They use one of the most powerful means of propulsion ever invented to carry them to Space and orbit, but how are spacecraft able to maneuver once in Space? This is where Reaction Control Systems come into play.

Reaction Control Systems can be defined as the mechanisms utilized by spacecraft to perform a number of small maneuvers, such as orientational, rotational, and directional adjustments in space. It typically consists of several small rocket thrusters and/or reaction wheels and gyroscopes.

Once a satellite finishes getting a “lift” to space on top of a large two-stage orbital rocket, it is often left without any noticeable means of propulsion. Without any means to maneuver, it can run into serious problems when its orientation or altitude needs to be adjusted.

Similarly, the International Space Station (ISS) needs some kind of mechanism to allow it to maneuver to stay in orbit, adjust its orientation, and make small adjustments to accommodate maneuvers like docking procedures.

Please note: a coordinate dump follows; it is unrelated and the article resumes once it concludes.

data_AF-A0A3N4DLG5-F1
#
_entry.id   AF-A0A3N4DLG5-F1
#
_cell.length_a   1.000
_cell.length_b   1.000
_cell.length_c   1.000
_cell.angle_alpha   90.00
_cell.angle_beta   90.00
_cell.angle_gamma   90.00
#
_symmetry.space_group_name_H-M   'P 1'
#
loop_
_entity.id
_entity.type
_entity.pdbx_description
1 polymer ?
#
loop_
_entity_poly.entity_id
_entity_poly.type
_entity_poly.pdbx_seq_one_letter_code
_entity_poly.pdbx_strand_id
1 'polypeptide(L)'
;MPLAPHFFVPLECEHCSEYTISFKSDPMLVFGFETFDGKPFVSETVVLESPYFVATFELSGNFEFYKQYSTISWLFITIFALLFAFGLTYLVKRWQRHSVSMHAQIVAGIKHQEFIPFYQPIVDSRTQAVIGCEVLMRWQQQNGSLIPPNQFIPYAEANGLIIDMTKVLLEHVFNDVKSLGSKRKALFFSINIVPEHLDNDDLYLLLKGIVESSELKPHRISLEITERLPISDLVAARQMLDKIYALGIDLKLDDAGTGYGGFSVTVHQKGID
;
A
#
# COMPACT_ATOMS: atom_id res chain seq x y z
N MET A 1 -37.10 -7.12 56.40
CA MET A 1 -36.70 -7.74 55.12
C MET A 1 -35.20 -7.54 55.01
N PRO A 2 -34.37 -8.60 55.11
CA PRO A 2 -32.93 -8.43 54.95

Explorational probes like the Cassini Spacecraft and Parker Solar Probe also need some mechanism to maneuver between celestial bodies, while instruments like the Hubble and James Webb Space telescopes must execute precise adjustments to track stars & galaxies.

International Space Station
The International Space Station (ISS) uses a combination of Control Moment Gyroscopes and thrusters in its reaction control system.

All these maneuvers, from small directional adjustments to boosting a satellite into a higher orbit, are taken care of by a spacecraft’s reaction control system, also known as an attitude control system. The following section details what this system is and how it functions.

What Is A Reaction Control System?

As mentioned during the introduction, a reaction control system is a mechanism utilized by spacecraft to perform a number of small maneuvers such as orientational, rotational, and directional adjustments in space.

All spacecraft that spend any significant amount of time in space and need to perform even the simplest type of maneuver like staying in orbit require a form reaction control system to have some kind of maneuvering capability.

Dragon Reaction Control System
SpaceX’s Dragon capsule fires one of its 16 Draco thrusters as it approaches the International Space Station for docking. These reaction control thrusters form part of the vehicle’s reaction control system.